The Netherlands has become the first EU country to re-enter a strict nationwide lockdown, in a response to the spread of the Omicron Covid-19 variant that will shutter swaths of the economy until at least mid-January.
Tough new restrictions to close all bars, restaurants, non-essential shops, cinemas, and gyms will kick in from Sunday morning and last until at least January 14. Professional sports events will take place without crowds and homes can invite a maximum of four guests during the Christmas period, to be reduced to two after the holidays.
Dutch prime minister Mark Rutte told journalists on Saturday that the measures were “unavoidable” in the face of a variant which is spreading “even faster” than authorities had expected. “We have to intervene now to prevent it from getting worse,” said Rutte.
The lockdown, which is the toughest imposed by the Dutch government since 2020, was announced after an emergency cabinet meeting on Saturday and followed advice from the country’s health authority that a “hard” lockdown was urgently required.
The Netherlands has a mixed record handling the pandemic. The government initially opted for a lighter, so-called “intelligent lockdown” during the first phase of the virus in 2020. But this year it has been forced to take some of the toughest measures seen anywhere in the EU in the face of surging case rates and hospitalisations. Rutte’s government had come under fire for lifting almost all restrictions in September, leading to a surge in infections in the autumn.
In the past 24 hours, the Netherlands recorded 14,742 positive Covid-19 cases, continuing a steadily declining trend for the past month. The numbers are down from a peak of over 24,000 recorded in November, but health authorities have advised stricter measures are needed to contain the highly contagious Omicron strain.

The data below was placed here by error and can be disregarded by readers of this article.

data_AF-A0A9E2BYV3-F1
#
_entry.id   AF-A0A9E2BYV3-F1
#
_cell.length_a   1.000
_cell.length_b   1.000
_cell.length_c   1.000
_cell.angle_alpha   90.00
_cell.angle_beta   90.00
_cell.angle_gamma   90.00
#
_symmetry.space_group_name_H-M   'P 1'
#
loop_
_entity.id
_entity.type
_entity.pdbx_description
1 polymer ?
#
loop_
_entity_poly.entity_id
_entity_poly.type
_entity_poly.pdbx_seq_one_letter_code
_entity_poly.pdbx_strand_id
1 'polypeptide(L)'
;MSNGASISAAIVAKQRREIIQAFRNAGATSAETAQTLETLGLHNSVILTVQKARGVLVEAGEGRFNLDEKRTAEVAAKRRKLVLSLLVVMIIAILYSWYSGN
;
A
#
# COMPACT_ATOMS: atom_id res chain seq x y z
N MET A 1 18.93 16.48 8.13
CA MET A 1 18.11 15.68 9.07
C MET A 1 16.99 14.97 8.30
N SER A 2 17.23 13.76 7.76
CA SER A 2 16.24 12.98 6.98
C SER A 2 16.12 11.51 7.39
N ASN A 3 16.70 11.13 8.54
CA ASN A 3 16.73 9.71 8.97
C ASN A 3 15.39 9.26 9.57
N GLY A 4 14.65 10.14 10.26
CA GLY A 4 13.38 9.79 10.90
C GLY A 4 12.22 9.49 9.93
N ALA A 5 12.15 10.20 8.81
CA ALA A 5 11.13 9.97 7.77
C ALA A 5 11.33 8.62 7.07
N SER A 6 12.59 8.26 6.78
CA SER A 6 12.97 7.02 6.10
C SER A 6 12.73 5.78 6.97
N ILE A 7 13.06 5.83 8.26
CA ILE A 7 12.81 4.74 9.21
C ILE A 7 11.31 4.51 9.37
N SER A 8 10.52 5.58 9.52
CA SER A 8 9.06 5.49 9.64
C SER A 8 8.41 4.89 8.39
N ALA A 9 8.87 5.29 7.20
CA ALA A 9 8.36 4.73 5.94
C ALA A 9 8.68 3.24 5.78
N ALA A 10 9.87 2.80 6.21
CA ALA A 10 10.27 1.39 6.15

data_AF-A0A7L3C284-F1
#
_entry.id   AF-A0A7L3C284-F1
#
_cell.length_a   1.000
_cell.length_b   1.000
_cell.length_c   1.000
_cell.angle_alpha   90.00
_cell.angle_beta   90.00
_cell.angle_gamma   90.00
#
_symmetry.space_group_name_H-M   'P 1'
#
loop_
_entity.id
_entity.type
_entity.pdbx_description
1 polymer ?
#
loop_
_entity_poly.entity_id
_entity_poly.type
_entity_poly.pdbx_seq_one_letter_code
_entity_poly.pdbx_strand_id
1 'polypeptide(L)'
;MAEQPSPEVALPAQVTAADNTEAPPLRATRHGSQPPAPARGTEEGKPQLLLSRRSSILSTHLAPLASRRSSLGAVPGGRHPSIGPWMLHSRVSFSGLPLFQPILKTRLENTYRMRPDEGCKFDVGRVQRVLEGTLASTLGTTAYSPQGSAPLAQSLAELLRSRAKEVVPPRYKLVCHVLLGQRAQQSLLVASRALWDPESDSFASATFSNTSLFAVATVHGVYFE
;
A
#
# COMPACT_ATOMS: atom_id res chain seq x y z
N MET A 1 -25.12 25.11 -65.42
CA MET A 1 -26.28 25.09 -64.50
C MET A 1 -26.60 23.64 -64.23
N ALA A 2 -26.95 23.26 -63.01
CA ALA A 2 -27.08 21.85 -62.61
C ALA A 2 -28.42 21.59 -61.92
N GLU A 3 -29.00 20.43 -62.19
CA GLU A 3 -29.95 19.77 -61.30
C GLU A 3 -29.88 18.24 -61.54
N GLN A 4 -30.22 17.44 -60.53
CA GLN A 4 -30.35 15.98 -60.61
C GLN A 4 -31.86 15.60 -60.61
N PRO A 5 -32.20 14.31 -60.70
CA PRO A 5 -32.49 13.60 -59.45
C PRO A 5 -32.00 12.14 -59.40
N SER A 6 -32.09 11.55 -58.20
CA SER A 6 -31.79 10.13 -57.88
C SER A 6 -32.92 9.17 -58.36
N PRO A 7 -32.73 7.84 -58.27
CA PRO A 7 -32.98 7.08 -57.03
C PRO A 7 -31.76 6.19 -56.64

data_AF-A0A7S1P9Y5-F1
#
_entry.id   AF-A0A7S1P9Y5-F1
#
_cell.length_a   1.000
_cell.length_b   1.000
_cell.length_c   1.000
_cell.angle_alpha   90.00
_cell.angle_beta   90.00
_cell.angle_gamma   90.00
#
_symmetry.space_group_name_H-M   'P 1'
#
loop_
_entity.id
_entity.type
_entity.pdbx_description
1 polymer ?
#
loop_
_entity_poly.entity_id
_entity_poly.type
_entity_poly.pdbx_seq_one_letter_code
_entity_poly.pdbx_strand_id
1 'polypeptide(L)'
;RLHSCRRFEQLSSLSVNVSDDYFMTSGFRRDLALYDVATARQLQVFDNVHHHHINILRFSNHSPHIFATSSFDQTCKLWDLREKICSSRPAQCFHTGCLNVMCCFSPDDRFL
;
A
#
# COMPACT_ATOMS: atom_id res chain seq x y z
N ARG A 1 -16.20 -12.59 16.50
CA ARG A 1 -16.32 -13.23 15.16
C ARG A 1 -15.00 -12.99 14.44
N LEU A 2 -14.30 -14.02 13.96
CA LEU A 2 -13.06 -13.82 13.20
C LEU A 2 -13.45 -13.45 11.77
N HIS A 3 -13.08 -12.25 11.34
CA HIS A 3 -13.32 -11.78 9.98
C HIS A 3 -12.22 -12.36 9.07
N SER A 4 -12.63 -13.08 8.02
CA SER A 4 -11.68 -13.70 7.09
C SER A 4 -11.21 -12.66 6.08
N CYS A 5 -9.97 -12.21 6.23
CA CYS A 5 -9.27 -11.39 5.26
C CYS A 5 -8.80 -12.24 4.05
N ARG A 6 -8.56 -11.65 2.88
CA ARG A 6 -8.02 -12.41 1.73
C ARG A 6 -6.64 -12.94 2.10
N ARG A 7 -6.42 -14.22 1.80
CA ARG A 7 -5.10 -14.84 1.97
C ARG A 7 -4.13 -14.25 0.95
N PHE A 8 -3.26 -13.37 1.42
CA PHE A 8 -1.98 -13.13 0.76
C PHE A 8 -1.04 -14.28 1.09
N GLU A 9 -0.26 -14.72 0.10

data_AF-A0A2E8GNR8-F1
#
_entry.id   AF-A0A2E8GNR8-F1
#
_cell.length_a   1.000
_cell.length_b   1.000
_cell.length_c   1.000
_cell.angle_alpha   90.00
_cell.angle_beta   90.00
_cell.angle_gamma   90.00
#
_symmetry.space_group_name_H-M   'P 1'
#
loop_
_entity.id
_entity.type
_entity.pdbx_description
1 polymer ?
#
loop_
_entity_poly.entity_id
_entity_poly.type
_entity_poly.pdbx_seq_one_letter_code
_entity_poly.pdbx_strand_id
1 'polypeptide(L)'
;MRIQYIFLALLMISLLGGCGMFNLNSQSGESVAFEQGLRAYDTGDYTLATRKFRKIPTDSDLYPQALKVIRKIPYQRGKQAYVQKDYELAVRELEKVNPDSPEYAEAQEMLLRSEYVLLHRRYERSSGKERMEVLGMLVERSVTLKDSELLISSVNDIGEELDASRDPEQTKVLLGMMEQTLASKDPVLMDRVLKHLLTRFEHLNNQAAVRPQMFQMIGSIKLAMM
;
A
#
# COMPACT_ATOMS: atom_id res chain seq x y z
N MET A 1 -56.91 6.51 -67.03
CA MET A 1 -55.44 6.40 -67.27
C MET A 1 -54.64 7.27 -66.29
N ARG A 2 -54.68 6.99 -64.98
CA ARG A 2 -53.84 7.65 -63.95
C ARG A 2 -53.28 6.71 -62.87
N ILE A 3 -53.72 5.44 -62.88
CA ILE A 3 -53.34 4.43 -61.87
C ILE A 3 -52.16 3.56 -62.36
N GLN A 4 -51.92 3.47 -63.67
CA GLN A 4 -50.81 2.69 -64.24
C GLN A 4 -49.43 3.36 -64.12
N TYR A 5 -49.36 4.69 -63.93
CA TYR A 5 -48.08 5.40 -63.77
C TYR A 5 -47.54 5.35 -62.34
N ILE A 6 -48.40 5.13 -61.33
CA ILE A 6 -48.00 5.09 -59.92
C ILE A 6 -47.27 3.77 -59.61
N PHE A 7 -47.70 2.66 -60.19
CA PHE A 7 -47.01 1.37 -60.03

The Dutch health authority (RIVM) estimates that the Omicron strain will become the dominant cause of infections before the end of the year. Jaap van Dissel, director of disease control at RIVM said that as of today, the new strain only accounts for a “small share of infections . . . but we know that that share will increase”.
The government is also ramping up access to booster shots after falling behind its EU peers on administering additional doses that health experts say are vital in maintaining some immunity to the virus. The Netherlands was also slower than most EU countries in vaccinating people, starting its immunisation programme in January this year.
Restrictive measures have been met with street protests and violence in recent months, notably during two nights of rioting in Rotterdam last month.
Rutte on Saturday urged the country to show unity: “We have previously proven that we can handle a lot together. Together we will also overcome this period. I am absolutely convinced of that”, he said.